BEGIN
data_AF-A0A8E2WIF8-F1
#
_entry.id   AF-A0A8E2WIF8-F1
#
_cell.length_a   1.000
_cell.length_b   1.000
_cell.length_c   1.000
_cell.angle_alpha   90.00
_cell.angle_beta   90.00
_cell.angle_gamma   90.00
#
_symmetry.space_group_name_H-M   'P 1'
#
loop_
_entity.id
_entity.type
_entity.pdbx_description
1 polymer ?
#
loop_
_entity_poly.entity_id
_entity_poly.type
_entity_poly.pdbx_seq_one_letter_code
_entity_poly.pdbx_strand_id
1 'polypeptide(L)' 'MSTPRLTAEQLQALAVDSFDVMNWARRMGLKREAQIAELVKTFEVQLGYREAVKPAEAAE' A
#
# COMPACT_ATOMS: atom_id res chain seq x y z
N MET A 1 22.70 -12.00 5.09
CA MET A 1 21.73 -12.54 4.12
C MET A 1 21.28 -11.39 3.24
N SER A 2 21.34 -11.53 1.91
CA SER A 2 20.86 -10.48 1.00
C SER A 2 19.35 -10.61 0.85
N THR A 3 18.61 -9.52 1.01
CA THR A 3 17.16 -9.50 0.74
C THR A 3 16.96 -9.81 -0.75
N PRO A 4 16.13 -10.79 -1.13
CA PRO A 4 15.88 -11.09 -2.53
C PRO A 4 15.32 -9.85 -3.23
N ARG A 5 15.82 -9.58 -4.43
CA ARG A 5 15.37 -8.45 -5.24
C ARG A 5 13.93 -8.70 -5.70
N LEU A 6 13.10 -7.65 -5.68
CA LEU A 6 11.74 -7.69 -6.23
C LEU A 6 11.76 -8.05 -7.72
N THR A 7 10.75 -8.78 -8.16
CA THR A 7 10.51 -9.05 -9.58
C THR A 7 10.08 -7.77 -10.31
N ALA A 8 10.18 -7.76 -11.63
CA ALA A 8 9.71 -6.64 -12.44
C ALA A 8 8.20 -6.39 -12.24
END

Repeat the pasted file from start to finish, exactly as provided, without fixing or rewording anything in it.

data_AF-A0A8E2WIF8-F1
#
_entry.id   AF-A0A8E2WIF8-F1
#
_cell.length_a   1.000
_cell.length_b   1.000
_cell.length_c   1.000
_cell.angle_alpha   90.00
_cell.angle_beta   90.00
_cell.angle_gamma   90.00
#
_symmetry.space_group_name_H-M   'P 1'
#
loop_
_entity.id
_entity.type
_entity.pdbx_description
1 polymer ?
#
loop_
_entity_poly.entity_id
_entity_poly.type
_entity_poly.pdbx_seq_one_letter_code
_entity_poly.pdbx_strand_id
1 'polypeptide(L)' 'MSTPRLTAEQLQALAVDSFDVMNWARRMGLKREAQIAELVKTFEVQLGYREAVKPAEAAE' A
#
# COMPACT_ATOMS: atom_id res chain seq x y z
N MET A 1 22.70 -12.00 5.09
CA MET A 1 21.73 -12.54 4.12
C MET A 1 21.28 -11.39 3.24
N SER A 2 21.34 -11.53 1.91
CA SER A 2 20.86 -10.48 1.00
C SER A 2 19.35 -10.61 0.85
N THR A 3 18.61 -9.52 1.01
CA THR A 3 17.16 -9.50 0.74
C THR A 3 16.96 -9.81 -0.75
N PRO A 4 16.13 -10.79 -1.13
CA PRO A 4 15.88 -11.09 -2.53
C PRO A 4 15.32 -9.85 -3.23
N ARG A 5 15.82 -9.58 -4.43
CA ARG A 5 15.37 -8.45 -5.24
C ARG A 5 13.93 -8.70 -5.70
N LEU A 6 13.10 -7.65 -5.68
CA LEU A 6 11.74 -7.69 -6.23
C LEU A 6 11.76 -8.05 -7.72
N THR A 7 10.75 -8.78 -8.16
CA THR A 7 10.51 -9.05 -9.58
C THR A 7 10.08 -7.77 -10.31
N ALA A 8 10.18 -7.76 -11.63
CA ALA A 8 9.71 -6.64 -12.44
C ALA A 8 8.20 -6.39 -12.24